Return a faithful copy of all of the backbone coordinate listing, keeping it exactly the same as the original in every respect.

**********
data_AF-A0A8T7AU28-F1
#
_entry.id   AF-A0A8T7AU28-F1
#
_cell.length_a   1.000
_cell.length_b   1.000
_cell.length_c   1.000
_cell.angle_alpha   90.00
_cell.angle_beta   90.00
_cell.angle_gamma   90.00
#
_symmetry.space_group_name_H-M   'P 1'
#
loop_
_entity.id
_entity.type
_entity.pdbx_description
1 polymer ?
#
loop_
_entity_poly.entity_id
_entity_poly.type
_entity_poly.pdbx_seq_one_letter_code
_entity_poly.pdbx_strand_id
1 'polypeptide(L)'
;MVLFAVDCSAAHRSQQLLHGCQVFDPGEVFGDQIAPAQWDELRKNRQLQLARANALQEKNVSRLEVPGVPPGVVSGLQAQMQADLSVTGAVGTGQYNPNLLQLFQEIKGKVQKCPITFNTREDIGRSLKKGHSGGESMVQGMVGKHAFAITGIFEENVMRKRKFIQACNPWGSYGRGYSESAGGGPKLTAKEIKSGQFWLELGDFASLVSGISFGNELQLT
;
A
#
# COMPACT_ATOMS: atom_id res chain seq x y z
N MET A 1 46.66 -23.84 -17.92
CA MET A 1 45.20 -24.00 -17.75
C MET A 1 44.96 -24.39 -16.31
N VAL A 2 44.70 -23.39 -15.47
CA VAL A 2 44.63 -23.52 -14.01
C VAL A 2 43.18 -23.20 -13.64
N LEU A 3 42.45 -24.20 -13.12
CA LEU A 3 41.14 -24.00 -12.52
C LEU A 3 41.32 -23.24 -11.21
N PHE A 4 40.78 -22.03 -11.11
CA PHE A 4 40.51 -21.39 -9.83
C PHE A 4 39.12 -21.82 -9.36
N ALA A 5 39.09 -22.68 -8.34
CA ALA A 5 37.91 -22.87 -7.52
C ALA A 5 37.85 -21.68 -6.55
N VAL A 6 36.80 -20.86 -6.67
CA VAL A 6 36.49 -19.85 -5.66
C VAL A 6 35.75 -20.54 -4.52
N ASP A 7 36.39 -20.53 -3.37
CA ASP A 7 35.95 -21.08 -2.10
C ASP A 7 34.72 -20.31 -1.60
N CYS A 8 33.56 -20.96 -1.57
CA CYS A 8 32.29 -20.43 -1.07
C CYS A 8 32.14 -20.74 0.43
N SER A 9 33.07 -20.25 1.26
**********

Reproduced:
data_AF-A0A8T7AU28-F1
#
_entry.id   AF-A0A8T7AU28-F1
#
_cell.length_a   1.000
_cell.length_b   1.000
_cell.length_c   1.000
_cell.angle_alpha   90.00
_cell.angle_beta   90.00
_cell.angle_gamma   90.00
#
_symmetry.space_group_name_H-M   'P 1'
#
loop_
_entity.id
_entity.type
_entity.pdbx_description
1 polymer ?
#
loop_
_entity_poly.entity_id
_entity_poly.type
_entity_poly.pdbx_seq_one_letter_code
_entity_poly.pdbx_strand_id
1 'polypeptide(L)'
;MVLFAVDCSAAHRSQQLLHGCQVFDPGEVFGDQIAPAQWDELRKNRQLQLARANALQEKNVSRLEVPGVPPGVVSGLQAQMQADLSVTGAVGTGQYNPNLLQLFQEIKGKVQKCPITFNTREDIGRSLKKGHSGGESMVQGMVGKHAFAITGIFEENVMRKRKFIQACNPWGSYGRGYSESAGGGPKLTAKEIKSGQFWLELGDFASLVSGISFGNELQLT
;
A
#
# COMPACT_ATOMS: atom_id res chain seq x y z
N MET A 1 46.66 -23.84 -17.92
CA MET A 1 45.20 -24.00 -17.75
C MET A 1 44.96 -24.39 -16.31
N VAL A 2 44.70 -23.39 -15.47
CA VAL A 2 44.63 -23.52 -14.01
C VAL A 2 43.18 -23.20 -13.64
N LEU A 3 42.45 -24.20 -13.12
CA LEU A 3 41.14 -24.00 -12.52
C LEU A 3 41.32 -23.24 -11.21
N PHE A 4 40.78 -22.03 -11.11
CA PHE A 4 40.51 -21.39 -9.83
C PHE A 4 39.12 -21.82 -9.36
N ALA A 5 39.09 -22.68 -8.34
CA ALA A 5 37.91 -22.87 -7.52
C ALA A 5 37.85 -21.68 -6.55
N VAL A 6 36.80 -20.86 -6.67
CA VAL A 6 36.49 -19.85 -5.66
C VAL A 6 35.75 -20.54 -4.52
N ASP A 7 36.39 -20.53 -3.37
CA ASP A 7 35.95 -21.08 -2.10
C ASP A 7 34.72 -20.31 -1.60
N CYS A 8 33.56 -20.96 -1.57
CA CYS A 8 32.29 -20.43 -1.07
C CYS A 8 32.14 -20.74 0.43
N SER A 9 33.07 -20.25 1.26